Brush holds bass. It’s a simple fact. The baitfish and other forage that bass feed on seek shelter in brush, and the bass know this. Though the cover may prove an effective refuge from stripe and other large predators, the agile and smaller bass can come right in and pluck off the prey, like berries off branches.
Dragging shakyheads, jigs and other baits through brush like this draws strikes from bass who have setup shop in the cover, waiting to ambush anything that comes along. You can also catch lots of fish cranking brush, letting the bait collide with the cover as it dredges its way a long the bottom.
But there’s another way to fish brush as well, and that’s by fishing baits over or around the cover. In this way, you can draw fish out of the cover to the bait, and this sometimes helps your landing ratio, as the bass have less of a chance to bury up in the cover and free themselves.
Let’s look at three baits to use over and around brush.
A jerkbait is likely the number one bait for catching fish over and/or around brush. The nature of fishing a jerkbait lends itself perfectly to this technique. Because the cadence of a jerkbait has built in pauses, it gives the fish time to see or feel the bait, move out of the cover and towards it, and then ultimately chase it down.
Jerkbaits have been a great bait for drawing fish out of brush for decades now, but they’ve become even more relied upon for this style of fishing since the invent of forward facing sonar. Pairing a jerkbait with this technology allows an angler to precisely cast his bait very close to the cover, without making contact, something that is critical for drawing the fish out and getting it to commit, and is hard to do with the naked eye.
If you throw your jerkbait too close to the brush, you’ll likely hang it. If you throw it too far from the brush, the bass will either not be clued into its presence at all, or the fish will have to swim out of the brush an uncomfortable distance and then shy away from the bait at the last moment. The perfect cast is critical, but it’s also something that becomes easier to accomplish with time.
A topwater is another great bait for fishing around and over brush. For brush that is partly exposed above the water, a walking topwater, popper or hollow body frog is a great selection. But even for brush that is submerged several feet below the surface, the drawing power of a topwater has an uncanny ability to create strikes.
Bass will swim a dozen or more feet straight up to eat a topwater, especially on clearer highland reservoirs with a healthy population of shad or herring. Often times in these situations, there will only be two ways to get bit around deep brush, and that’s by pitching a dropshot to the cover and allowing it to get deep into the brush, or by throwing a topwater overhead.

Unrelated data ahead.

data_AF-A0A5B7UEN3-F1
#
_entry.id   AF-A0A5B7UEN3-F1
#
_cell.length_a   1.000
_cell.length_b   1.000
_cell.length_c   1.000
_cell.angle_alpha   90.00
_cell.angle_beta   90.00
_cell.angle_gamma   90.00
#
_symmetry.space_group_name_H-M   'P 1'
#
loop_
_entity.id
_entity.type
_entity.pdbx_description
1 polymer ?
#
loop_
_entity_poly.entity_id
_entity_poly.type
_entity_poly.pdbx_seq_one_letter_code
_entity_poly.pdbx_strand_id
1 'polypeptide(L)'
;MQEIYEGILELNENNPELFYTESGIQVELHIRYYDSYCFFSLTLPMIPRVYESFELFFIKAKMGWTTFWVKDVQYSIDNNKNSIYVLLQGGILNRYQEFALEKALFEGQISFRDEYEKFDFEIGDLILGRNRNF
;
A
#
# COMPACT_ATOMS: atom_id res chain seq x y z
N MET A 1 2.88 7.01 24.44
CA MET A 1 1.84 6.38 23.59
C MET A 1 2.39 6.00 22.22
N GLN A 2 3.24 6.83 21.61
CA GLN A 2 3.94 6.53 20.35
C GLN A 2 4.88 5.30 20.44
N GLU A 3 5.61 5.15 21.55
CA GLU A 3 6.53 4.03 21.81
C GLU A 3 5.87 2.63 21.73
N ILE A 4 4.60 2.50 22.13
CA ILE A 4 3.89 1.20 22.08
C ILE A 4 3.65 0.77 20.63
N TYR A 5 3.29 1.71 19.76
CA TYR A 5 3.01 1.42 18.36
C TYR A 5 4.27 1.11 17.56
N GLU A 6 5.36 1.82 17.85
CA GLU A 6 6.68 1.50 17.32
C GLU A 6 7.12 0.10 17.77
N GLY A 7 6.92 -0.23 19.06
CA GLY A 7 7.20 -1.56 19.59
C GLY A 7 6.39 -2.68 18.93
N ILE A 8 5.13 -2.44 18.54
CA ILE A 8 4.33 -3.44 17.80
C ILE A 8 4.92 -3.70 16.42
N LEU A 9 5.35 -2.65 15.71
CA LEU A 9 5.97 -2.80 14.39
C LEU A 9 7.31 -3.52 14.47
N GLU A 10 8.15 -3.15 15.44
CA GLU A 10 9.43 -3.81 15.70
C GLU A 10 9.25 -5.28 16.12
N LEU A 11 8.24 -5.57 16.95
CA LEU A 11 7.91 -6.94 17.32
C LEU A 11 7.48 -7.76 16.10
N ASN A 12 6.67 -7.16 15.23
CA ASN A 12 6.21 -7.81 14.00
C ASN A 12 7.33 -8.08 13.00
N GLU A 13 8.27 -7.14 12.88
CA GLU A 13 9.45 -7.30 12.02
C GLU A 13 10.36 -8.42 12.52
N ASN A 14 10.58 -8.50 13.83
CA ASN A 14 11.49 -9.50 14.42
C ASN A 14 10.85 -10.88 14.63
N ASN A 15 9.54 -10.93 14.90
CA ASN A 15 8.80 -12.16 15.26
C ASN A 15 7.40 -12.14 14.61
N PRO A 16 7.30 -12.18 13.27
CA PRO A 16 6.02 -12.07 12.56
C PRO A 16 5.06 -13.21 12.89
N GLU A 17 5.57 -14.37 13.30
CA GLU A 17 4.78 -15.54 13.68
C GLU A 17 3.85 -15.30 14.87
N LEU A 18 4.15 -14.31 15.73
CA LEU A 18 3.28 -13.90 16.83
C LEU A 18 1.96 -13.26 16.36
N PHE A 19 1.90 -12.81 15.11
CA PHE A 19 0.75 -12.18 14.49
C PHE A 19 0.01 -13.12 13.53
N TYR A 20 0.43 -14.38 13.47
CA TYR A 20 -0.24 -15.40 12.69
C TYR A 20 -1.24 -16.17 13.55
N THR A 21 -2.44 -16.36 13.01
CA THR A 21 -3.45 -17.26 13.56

You’ll typically need a bait that has a fairly large profile and is capable of moving enough water to draw a fish’s attention. Surprisingly, large reeling-prop baits like Whopper Ploppers aren’t the ticket here. You want something more along the lines of a Spook or pencil popper. The slow cadence of these baits do a better job of luring fish to the surface while giving them ample time to catchup to the bait as well.
This section encompasses a fairly wide range of baits, anything from a small paddle tail swimbait rigged on a light jighead all the way up to a large glidebait. In either case, these baits have exposed hooks that you don't want to allow to get down into the brush, but like topwaters and jerkbaits, they have the ability to pickoff bass that are hanging in or around the brush.
The latter needs to be the case for the smaller swimbaits. If a bass is actually hunkered down deep in the cover, a 3-inch bait on a 1/4- ounce jighead is rarely enough to pull the fish away from the cover. But if you see bass hovering above or around the cover, this is a fantastic bait to throw to pick those fish off.
For bass that are deeper in cover or hanging in and around shallow brush in particular, glidebaits can be really effective at drawing those fish out. These bigger baits are also great to throw first if you’re fishing around brush that has several fish in it, since they’ll often call up the biggest in the bunch. You’ll still catch some small fish on a glidebait, but you have a much better chance catching the bigger bass before busting up the school if you start with a bigger bait.
These aren’t the only baits you can use to catch fish around brush, and they’re not even necessarily better or more effective than the baits you would use to get down into the brush. It’s more about having a well-rounded arsenal for targeting bass relating to brush in any manner. It’s becoming increasingly important to be versatile with the ever-expanding popularity of bass fishing and the ever-increasing capabilities of our electronics. Hopefully these three techniques will help you be just that, more versatile.